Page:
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Managed File Transfer and Network Solutions

Emailing Large Files with Ad-Hoc File Transfers

Posted by Van Glass on Tue, Feb 05, 2013 @ 06:54 AM

ad-hoc file transferThere are times when you need to quickly share a file with someone.  Email has long been the solution to this need.  Nearly everyone uses email today and sending an email with a file attachment is so simple that it has become second nature.  However, as file attachment sizes increase and reports of data leaks are on the rise, sending email attachments is facing a new set of problems.

Problems with Large Email Attachments

Rejected Email

In an effort to conserve bandwidth and storage resources many organizations now impose email attachment policies.  These policies vary, but emails with large file attachments are frequently rejected by mail servers, often without even notifying the sender.  If you've ever sent a large email attachment to someone who claimed they did not receive it then it's likely that the email was rejected by either your or the recipients email server.  Resending won't solve the problem since the same policy that rejected the first email will reject it again.  Aside from being frustrating this back and forth process wastes valuable time.

Data Leakage

Once an email message has left an organization's mail server there is no way of recalling it.  Inadvertently sending an attachment with the wrong email address or attaching the wrong file are sources of data leakage.  Additionally, once a recipient has received your email there is nothing preventing them from forwarding the email, purposely or inadvertently, to others in their address book.  This begs the very serious question of how to gain control over email file attachments?

Ad-Hoc File Transfer Solution


E-mail is here to stay.  So while there is cause for concern there is no need to reinvent the wheel.  Ad-hoc file transfer addresses both the delivery and data leakage issues associated with file attachments.  


Definition

Ad-Hoc File Transfer is a method of securely sharing files on demand, typically person-to-person, using a combination of web and email protocols.  Ad-Hoc File Transfer solutions are generally part of a larger MFT (Managed File Transfer) solution and are designed to solve the delivery, security and tracking problems commonly experienced when sending file attachments via email.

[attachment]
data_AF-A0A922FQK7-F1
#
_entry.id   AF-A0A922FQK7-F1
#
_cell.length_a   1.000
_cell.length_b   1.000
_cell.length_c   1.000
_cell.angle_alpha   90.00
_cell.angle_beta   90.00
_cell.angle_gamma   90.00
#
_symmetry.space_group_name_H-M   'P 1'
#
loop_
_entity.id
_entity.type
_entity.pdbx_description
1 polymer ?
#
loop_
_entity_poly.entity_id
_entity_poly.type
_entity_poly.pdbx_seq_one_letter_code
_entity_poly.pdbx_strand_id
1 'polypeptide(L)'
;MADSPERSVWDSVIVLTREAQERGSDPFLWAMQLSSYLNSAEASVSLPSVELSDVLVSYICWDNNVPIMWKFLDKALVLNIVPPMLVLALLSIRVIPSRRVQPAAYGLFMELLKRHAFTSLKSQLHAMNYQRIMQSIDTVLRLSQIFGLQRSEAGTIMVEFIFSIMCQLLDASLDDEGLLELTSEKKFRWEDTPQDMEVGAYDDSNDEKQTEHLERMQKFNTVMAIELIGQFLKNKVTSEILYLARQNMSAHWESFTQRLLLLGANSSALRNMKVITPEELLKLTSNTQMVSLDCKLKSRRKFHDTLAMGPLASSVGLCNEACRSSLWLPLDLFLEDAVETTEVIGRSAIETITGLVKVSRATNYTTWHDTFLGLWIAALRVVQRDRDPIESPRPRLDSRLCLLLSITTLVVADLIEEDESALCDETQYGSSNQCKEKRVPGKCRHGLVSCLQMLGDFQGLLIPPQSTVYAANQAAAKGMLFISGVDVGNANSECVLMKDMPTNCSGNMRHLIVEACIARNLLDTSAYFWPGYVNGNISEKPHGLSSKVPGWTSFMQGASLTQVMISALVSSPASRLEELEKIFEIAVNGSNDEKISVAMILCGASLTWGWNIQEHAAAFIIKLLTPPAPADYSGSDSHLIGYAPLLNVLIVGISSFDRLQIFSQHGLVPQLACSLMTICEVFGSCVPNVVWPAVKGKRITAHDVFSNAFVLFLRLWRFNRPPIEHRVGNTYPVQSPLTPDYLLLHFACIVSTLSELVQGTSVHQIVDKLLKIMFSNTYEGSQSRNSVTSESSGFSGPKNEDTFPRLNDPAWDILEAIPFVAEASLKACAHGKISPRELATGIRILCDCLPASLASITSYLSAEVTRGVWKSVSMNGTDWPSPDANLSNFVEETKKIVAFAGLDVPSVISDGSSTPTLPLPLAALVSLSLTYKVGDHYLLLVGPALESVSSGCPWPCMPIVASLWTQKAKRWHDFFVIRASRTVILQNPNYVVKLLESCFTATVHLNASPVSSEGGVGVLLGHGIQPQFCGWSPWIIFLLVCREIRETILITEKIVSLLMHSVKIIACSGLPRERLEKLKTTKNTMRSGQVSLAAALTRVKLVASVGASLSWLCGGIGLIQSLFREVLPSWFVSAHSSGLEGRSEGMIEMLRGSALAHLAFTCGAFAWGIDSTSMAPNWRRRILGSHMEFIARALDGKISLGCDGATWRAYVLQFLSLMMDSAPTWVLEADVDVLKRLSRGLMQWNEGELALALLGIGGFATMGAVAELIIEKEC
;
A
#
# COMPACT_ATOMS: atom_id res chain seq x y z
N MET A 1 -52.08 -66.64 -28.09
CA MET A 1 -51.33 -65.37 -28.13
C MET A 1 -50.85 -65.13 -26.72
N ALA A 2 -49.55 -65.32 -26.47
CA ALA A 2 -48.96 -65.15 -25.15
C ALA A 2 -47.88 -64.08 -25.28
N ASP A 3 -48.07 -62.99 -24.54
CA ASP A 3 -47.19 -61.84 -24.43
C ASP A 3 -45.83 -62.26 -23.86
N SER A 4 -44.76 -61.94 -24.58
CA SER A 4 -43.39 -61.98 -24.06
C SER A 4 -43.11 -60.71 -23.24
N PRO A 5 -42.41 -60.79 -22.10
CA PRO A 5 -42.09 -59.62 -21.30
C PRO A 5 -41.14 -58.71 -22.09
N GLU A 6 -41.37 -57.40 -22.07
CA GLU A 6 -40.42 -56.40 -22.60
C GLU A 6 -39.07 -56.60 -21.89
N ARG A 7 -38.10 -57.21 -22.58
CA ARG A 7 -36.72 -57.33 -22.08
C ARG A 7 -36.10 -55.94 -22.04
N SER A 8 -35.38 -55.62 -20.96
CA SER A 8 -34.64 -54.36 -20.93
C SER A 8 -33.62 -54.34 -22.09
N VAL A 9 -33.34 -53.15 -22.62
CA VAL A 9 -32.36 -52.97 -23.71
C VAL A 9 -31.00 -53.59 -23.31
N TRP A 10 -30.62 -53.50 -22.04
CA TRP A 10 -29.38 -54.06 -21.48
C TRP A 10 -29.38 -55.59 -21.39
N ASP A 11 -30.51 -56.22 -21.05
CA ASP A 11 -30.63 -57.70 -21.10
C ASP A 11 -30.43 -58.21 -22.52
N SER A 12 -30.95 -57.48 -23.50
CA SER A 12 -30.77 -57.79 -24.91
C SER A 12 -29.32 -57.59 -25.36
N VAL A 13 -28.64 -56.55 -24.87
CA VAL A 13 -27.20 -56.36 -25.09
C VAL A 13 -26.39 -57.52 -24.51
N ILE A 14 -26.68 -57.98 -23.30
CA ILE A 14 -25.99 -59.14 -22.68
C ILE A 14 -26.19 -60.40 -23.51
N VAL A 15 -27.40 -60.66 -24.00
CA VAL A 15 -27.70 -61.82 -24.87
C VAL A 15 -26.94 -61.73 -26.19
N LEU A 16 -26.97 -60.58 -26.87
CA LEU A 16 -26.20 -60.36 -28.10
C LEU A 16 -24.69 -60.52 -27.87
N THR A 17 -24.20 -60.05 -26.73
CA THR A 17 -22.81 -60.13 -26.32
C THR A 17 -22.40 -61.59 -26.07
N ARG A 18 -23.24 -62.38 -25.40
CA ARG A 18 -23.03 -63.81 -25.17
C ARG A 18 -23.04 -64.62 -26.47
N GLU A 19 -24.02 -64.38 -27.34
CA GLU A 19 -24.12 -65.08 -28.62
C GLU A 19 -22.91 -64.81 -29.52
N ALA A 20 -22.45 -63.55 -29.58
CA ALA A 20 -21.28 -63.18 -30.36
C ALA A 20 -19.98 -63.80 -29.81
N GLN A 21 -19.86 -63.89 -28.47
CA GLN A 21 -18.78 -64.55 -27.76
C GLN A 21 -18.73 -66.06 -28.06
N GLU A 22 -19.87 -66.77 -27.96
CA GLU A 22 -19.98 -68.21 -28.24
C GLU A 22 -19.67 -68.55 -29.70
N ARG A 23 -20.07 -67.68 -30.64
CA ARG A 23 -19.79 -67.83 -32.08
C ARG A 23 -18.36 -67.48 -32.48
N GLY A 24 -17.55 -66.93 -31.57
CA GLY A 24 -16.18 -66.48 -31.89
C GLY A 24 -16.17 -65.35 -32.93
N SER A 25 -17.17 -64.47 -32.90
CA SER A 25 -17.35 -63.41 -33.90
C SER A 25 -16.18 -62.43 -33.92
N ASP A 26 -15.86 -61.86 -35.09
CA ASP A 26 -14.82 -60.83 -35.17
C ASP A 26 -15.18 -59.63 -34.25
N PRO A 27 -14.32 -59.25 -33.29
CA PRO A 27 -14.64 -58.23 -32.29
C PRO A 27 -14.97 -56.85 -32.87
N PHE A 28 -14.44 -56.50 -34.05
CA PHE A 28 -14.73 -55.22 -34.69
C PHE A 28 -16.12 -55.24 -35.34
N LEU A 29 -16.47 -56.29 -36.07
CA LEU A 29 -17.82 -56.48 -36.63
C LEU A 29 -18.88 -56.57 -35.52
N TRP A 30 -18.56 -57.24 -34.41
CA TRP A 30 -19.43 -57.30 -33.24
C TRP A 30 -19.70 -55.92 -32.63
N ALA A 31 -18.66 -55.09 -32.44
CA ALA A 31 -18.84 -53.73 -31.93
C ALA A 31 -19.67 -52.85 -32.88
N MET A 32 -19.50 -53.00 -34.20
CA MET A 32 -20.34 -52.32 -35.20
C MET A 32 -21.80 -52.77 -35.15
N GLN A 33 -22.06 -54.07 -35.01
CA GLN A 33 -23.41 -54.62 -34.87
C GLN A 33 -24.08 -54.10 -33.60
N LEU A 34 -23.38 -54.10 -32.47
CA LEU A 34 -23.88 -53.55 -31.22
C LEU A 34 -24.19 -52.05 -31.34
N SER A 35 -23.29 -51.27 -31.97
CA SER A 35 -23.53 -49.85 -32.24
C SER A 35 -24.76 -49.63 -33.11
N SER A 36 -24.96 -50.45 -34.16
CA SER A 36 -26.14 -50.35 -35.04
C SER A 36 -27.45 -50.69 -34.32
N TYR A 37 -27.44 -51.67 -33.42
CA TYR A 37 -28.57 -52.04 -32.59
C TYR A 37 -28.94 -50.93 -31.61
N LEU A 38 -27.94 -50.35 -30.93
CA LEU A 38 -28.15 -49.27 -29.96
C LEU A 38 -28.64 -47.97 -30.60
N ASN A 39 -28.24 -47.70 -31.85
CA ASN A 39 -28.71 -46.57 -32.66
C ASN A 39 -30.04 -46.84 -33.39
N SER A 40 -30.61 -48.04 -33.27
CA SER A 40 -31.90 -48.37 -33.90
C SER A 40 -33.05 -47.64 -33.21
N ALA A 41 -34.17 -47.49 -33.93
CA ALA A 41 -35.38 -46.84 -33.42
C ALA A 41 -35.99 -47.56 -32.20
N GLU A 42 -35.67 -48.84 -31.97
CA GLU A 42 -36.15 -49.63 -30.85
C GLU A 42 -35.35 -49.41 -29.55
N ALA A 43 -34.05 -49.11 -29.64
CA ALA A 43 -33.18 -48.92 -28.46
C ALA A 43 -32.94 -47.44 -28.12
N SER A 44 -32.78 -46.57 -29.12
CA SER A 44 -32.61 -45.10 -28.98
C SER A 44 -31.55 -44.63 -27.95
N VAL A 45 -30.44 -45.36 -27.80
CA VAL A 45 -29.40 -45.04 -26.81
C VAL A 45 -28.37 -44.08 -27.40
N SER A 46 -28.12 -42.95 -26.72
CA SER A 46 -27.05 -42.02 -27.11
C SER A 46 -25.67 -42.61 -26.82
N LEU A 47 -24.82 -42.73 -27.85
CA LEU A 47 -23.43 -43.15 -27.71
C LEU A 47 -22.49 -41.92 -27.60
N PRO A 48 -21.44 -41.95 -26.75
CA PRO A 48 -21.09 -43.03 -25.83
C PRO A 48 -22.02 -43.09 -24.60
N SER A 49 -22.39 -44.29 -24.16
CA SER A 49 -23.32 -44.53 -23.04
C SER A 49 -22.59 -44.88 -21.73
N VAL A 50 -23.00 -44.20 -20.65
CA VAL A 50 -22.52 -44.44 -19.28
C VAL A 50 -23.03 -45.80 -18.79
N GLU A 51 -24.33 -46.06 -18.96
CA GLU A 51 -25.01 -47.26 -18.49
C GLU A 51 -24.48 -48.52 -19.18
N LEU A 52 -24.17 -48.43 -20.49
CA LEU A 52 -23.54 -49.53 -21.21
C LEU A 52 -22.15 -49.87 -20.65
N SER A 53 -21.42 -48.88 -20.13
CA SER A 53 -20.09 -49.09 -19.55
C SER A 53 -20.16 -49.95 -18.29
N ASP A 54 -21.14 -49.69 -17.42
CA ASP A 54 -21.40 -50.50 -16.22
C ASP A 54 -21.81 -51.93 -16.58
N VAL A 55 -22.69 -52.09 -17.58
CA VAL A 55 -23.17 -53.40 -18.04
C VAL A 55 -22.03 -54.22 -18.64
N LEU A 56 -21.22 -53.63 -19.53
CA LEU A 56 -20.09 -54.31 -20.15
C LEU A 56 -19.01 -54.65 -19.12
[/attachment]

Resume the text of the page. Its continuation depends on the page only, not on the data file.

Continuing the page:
Ad-Hoc File Transfers In Action

As discussed previously, the main problems associated with email file attachments are rejected email and data leakage.  To solve these problems ad-hoc file transfer employs a combination of web and email protocols.  This hybrid approach allows users to continue using email to share files while helping to ensure delivery and reducing data leakage risks.  

There are two common implementations of ad-hoc file transfer.  These implementations differ primarily in the client software used to share files.  Basically using either an email plug-in or web browser.  The typical process flow for each has been described below.
    
Email Plug-In

Users share files using a plug-in that integrates with existing email clients such as Microsoft Outlook.

  1. Sender creates email message with file attachment.
  2. Plug-in detects and strips file attachment from email message and uploads file to web server.
  3. Plug-in requests a unique web link from MFT server that can be used to download the attachment and embeds link in email message.  Link may include flags which limit the number of times the file can be downloaded, expiration date and password protection. These flags are key in preventing data leakage.
  4. Plug-in sends email message to recipient.
  5. Recipient opens email message and clicks on embedded web link to download file.
  6. Sender receives notification that file was downloaded.

    
Web Browser

Users share files using a web browser and web based ad-hoc file transfer service.

  1. Sender logs into ad-hoc file transfer service using a web browser.
  2. Sender uploads file to server and/or selects file on server to be sent to recipient.
  3. Server generates an email message embedding a unique web link to the file.   Link may include flags which limit the number of times the file can be downloaded, expiration date and password protection.  These flags are key in preventing data leakage.  
  4. Server sends email message to recipient.
  5. Recipient opens email message and clicks on embedded web link to download file.  
  6. Sender receives notification that file was downloaded.


In addition to the processes described above, the sender will generally have access to a web based application providing visibility into the files shared, the number of downloads and tools for extending and revoking access to shared files.

Summary


In this article I discussed ad-hoc file transfer and how it can solve the problems typically associated with email file attachments.  Using ad-hoc file transfer in combination with MFT software like JSCAPE MFT Server can help users and organizations streamline file sharing, ensure file delivery and reduce data leakage risks.

Downloads

Download JSCAPE MFT Server
Download JSCAPE MFT Server Plugin for Outlook

 



Topics: Ad-Hoc File Transfers, JSCAPE MFT Server, Managed File Transfer

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